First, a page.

The following review is part of my being in the author’s review team, which ensures that you can read it before the book comes out.
Warning: Do not read if you haven’t read the previous book of the series, You Light up my Midlife Crisis, for this review would then contain a lot of spoilers from it. If you have, or don’t mind, then you’re good to go.
I’ve had an extremely stressful couple of months, as I mentioned in my last post, but one thing was needed, more than ever: laughter. And for that, I wish to thank Robyn Peterman, but also A.R. Casella and Denise Grover Swank, Michelle M. Pillow, Annabel Chase, K.F. Breene, and Darynda Jones, whose books helped me pull through those difficult weeks. They are all hilarious books of theirs that I have read or reread in those weeks, exactly for that: for shits and giggles. I needed it.
In fact, Robyn’s books, in particular, are my go-to’s in those times, because I can be sure to laugh my silly head off regardless of which series I pick up, first read or reread. However, they are good for a lot of laughs no matter when, be it in hard times or in good.
This is also the case of the latest Good to the Last Death, which several times had me laughing until I nearly weed my pants… but also had me crying for other, more emotional, reasons.
What the book is about
It’s a Matter of Midlife and Death
Series: Good to the Last Death, book 6
Author: Robyn Peterman
Date published: 29 November, 2021
Midlife is madness—magical, messy and one freaking crisis after another.
With a new job I didn’t apply for and an extended family I didn’t know I had—midlife has become somewhat problematic. Gluing ghosts back together is easy compared to my new celestial occupation.
The Grim Reaper wants to put a ring on it. Tim wants to be a father. Candy Vargo has lost her damn mind and Jennifer thinks we’re all sparkly vampires. I’ve been given an impossible task with catastrophic consequences for failure, but it wouldn’t be my midlife without another crisis.
What’s the saying? When in Crazytown, embrace the insanity or go insane. It’s time to lean into the madness. I’m putting down roots, pulling up my big-girl panties and getting down to business. With one month to succeed, it’s time to grow a bigger pair of lady-balls and play in the big league.
The rules are unclear. However, when it’s a matter of midlife and death, I’m making the rules. And I will win.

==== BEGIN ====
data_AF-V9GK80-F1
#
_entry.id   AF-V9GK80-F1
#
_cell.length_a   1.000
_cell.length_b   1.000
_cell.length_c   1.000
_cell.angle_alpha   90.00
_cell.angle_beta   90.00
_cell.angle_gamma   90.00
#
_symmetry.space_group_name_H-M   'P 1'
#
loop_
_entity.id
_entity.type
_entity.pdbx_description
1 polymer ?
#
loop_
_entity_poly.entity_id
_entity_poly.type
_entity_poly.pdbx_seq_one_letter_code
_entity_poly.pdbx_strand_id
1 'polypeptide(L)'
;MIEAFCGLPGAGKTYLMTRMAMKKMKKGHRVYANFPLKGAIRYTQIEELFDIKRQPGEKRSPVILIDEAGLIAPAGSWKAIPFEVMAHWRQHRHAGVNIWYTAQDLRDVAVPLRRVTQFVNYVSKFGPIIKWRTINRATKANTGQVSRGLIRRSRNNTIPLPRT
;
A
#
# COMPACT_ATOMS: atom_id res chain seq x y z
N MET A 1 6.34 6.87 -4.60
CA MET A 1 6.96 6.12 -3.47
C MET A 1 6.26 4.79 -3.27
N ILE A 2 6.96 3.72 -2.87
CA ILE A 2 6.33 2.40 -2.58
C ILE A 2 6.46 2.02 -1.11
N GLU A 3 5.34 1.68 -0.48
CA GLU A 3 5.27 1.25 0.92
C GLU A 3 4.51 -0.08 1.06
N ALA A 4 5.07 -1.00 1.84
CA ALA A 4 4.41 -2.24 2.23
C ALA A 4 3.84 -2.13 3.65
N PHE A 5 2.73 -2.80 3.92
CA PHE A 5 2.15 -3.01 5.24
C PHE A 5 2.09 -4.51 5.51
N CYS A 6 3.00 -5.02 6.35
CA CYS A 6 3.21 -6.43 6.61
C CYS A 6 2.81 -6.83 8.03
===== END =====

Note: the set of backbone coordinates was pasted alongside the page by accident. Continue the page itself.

Not everything is shits and giggles (but a lot of it is)
There’s a silver lining in the darkest clouds.
Sometimes you have to squint real hard to see it, but it’s there.
Did I laugh when reading It’s a Matter of Midlife and Death? Oh, yes, and then some, seriously almost weeing my pants at some point. Gosh, when Jennifer and Tim, and now the Angels, are together, there’s so much poop talk that it’s almost like a dinner in my family, ergo my laughing so hard it hurt! This is also true of Tim addressing a certain issue, which had me barking out a loud laugh in class, with my pupils wondering what I was reading and me, unable to explain it to them because, well, it’s no matter for pre-teens! Gosh, is Tim a real socially awkward (emphasis on awkward) weirdo, but he is also a real darling and quite the badass!
Talking about badass, a word about Candy Vargo, a character I have loved to bits from the first book because she is so irreverent that she makes me laugh to tears more often than not. However, there is also a side of her that we have been starting to see over the last couple of books, which led to her rather unexpected friendship with Gram, something that she really needed after an eternity of being, well, gross.
You might be disgusting, but you’re good people, Candy Vargo. Real damn good.
Amen to that, Jennifer!
Yes, June still looks 25, thanks to getting her soul back and Charlie picturing her as she looked like when he met her, which was at 25 years old, but we all got used to it by now. Her wisdom, however, remains intact, as shown in the quote at the start of this part. She remains the motherly, wise, and caring June that we know and love.
As for the Angels, well, read and see. I will only say this: you might fall in love with the four of them rather than only Gabe, and that’s all I will say. I might have shed a few tears on someone’s behalf or another’s at some point. Possibly. Just don’t tell them, OK?
I know, I focused more on the side characters than on Daisy and Gideon. That’s not to say that nothing happens to them, au contraire! Their love shines in everything they do, and they adjusted rather well to the now upcoming arrival of Alana Catherine (upcoming thanks to the underhanded methods of
the bastard Zadkiel). However, this time, a lot has been put on the Angels’ challenge and how they will or won’t succeed in finding their humanity. But worry not: Daisy is still the no-f*cks-to-give 40-year-old we know and love, and Gideon remains the hotter-than-sin Grim Reaper. There might also be a surprise or two in store for Daisy (and us readers).
So no, not everything is shits (literally) and giggles. It never is in Robyn’s books, anyway, and you will be gripped until the very end… and end up ruing the author for the massive, and I mean massive hook she leaves us with.
Yes, I said “hook” and I said “massive”, which means that it will be an excruciatingly long five months until 25 April, 2022, and the release of The Facts of Midlife. For now, however, I will say this: from the first book, I’ve loved this series to hell and back, above and beyond. With each book, I’ve loved the series more, and It’s a Matter of Midlife and Death adds to that love.
A totally human, yet immortal five stars!